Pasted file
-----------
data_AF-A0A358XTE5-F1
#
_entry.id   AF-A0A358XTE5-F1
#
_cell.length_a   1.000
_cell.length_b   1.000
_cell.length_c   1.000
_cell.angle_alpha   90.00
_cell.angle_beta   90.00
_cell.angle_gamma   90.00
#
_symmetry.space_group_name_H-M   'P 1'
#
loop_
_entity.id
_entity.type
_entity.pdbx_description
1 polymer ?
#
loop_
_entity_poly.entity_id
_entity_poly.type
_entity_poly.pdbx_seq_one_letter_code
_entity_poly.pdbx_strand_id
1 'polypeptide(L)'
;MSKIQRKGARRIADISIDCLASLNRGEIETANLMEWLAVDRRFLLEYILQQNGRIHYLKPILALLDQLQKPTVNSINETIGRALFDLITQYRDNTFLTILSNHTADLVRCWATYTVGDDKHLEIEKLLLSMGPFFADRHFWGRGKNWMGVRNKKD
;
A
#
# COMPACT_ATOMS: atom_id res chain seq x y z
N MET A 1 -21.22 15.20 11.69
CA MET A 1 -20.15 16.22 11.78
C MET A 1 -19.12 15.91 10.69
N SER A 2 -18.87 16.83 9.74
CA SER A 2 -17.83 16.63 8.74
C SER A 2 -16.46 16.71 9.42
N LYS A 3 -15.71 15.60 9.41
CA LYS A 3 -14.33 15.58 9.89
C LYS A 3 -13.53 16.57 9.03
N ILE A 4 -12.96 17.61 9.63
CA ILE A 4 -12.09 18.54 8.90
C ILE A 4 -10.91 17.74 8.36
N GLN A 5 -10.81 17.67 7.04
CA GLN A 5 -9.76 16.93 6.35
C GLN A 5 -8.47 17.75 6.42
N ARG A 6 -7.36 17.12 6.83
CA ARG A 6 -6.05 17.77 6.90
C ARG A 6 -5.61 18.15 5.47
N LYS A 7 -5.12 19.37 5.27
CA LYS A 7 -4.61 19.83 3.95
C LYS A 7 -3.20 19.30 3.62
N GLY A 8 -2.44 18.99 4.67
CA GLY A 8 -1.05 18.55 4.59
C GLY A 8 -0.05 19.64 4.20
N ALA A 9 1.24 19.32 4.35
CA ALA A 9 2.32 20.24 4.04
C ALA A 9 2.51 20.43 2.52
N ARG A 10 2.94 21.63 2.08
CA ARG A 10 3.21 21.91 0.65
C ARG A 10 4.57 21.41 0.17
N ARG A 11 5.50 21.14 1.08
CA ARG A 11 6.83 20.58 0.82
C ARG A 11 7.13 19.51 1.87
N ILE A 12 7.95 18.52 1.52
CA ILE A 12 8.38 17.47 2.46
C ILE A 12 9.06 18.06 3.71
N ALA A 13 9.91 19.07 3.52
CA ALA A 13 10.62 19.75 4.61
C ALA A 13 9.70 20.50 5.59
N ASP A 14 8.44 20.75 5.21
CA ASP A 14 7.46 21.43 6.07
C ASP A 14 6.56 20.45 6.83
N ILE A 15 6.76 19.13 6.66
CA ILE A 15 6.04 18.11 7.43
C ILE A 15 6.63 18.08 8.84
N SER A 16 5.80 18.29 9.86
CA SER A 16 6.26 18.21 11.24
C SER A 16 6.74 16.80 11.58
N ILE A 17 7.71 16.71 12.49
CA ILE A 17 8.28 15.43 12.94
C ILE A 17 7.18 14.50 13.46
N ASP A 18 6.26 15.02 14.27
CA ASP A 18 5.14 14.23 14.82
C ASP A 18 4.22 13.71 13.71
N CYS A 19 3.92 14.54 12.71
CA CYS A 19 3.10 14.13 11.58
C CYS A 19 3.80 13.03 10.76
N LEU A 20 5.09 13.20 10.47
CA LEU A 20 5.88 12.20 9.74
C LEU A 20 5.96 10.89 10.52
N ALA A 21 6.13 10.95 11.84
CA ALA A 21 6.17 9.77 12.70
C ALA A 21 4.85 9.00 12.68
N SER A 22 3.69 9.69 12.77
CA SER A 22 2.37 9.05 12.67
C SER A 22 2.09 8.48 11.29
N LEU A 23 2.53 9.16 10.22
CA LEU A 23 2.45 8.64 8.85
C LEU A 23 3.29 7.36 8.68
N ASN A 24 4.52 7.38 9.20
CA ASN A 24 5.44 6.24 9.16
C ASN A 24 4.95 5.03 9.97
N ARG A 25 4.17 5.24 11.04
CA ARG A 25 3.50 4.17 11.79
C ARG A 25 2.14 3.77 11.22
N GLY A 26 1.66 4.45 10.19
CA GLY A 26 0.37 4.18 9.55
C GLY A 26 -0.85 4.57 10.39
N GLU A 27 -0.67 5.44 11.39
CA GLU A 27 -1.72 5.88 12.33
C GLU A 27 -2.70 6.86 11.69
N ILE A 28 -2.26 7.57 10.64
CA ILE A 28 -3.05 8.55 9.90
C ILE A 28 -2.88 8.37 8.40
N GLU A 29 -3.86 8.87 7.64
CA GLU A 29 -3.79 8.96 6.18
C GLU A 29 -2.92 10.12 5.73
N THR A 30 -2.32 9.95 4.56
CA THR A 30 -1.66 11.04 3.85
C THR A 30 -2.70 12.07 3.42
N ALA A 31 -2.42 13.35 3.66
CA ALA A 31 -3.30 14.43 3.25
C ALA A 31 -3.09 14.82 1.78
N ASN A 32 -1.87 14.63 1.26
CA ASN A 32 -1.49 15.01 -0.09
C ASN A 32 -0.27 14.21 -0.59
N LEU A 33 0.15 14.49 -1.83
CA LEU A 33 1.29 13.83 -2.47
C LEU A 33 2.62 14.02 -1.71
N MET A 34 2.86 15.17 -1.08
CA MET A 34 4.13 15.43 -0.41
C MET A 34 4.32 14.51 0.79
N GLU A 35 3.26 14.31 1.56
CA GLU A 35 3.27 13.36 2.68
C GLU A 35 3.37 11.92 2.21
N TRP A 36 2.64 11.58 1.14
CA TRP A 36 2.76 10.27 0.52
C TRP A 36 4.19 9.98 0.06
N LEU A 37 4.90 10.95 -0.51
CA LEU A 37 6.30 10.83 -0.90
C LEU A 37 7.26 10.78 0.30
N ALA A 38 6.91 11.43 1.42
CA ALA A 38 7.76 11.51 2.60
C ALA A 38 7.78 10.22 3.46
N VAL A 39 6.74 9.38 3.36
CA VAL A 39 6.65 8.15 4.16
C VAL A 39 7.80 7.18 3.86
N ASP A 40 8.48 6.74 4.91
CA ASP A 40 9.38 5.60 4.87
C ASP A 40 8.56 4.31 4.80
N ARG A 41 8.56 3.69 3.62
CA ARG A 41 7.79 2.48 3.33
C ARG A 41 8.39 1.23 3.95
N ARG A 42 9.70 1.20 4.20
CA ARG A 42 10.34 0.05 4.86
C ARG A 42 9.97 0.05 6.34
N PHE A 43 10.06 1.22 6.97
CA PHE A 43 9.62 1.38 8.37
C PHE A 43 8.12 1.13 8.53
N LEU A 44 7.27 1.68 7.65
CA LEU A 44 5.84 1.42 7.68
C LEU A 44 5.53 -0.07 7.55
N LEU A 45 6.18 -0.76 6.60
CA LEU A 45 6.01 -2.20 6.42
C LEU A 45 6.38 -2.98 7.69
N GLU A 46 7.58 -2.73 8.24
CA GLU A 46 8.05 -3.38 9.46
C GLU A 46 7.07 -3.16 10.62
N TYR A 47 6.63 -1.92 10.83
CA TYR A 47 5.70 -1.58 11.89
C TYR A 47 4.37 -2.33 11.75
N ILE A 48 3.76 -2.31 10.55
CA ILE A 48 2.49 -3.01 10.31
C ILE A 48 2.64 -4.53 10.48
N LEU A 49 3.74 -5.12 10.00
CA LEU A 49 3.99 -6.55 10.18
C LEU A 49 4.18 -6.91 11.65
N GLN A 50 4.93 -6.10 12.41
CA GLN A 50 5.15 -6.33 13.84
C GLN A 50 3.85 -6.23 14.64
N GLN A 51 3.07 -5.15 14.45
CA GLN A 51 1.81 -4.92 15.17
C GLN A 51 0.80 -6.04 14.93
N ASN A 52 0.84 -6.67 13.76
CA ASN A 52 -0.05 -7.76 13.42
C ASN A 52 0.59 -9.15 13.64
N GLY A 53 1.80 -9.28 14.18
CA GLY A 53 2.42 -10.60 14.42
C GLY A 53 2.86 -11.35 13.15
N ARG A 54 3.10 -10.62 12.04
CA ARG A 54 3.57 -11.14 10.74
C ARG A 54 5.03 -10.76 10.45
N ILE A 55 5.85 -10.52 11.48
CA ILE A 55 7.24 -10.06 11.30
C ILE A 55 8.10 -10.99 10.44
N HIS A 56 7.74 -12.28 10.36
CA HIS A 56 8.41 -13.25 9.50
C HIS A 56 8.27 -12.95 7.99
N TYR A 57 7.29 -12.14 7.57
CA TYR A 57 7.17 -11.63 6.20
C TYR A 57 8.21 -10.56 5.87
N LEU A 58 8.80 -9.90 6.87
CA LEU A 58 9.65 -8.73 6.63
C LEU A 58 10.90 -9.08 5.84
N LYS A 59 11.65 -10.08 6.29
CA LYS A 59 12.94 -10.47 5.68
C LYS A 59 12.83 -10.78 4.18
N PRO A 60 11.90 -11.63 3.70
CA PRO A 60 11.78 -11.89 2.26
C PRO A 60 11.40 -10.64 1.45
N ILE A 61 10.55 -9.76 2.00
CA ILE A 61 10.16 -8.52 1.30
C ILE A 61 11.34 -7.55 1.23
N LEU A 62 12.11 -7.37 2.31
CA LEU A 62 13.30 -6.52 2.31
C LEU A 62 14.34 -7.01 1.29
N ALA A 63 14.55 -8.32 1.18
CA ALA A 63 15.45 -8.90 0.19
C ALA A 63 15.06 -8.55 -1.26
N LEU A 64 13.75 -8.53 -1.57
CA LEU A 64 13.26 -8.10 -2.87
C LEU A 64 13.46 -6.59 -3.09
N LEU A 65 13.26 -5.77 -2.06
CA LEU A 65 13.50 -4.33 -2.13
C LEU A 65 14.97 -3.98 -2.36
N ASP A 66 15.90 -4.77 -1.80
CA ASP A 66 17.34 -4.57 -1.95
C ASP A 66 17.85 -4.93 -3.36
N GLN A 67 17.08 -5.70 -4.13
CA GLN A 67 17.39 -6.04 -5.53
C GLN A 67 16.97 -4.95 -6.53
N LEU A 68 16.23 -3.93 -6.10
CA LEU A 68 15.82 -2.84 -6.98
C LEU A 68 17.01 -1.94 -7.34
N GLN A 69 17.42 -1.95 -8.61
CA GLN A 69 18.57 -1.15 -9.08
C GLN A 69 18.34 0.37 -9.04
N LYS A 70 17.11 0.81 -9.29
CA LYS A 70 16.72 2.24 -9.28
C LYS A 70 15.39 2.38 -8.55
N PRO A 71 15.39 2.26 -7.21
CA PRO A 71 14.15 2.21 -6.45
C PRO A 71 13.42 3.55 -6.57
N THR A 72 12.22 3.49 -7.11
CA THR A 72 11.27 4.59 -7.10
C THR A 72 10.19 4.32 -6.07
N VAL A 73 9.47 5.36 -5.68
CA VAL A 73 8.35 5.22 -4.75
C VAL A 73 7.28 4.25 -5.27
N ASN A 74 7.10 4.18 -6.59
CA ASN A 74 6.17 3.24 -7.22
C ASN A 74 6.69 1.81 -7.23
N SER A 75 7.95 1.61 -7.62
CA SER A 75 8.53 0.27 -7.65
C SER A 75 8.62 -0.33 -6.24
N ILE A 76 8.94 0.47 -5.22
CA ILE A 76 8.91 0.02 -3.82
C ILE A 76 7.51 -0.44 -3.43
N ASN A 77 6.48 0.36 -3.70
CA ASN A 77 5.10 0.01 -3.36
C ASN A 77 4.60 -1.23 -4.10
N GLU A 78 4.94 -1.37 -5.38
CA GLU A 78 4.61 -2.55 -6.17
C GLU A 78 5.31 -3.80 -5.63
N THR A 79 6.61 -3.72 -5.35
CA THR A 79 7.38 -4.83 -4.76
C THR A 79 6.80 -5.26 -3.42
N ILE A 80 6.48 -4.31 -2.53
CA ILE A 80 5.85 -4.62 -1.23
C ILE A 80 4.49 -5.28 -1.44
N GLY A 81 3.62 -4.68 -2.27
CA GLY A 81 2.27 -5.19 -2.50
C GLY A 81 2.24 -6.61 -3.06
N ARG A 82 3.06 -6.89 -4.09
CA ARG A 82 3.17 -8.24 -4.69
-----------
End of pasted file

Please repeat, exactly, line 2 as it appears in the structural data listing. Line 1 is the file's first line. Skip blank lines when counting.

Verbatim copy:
#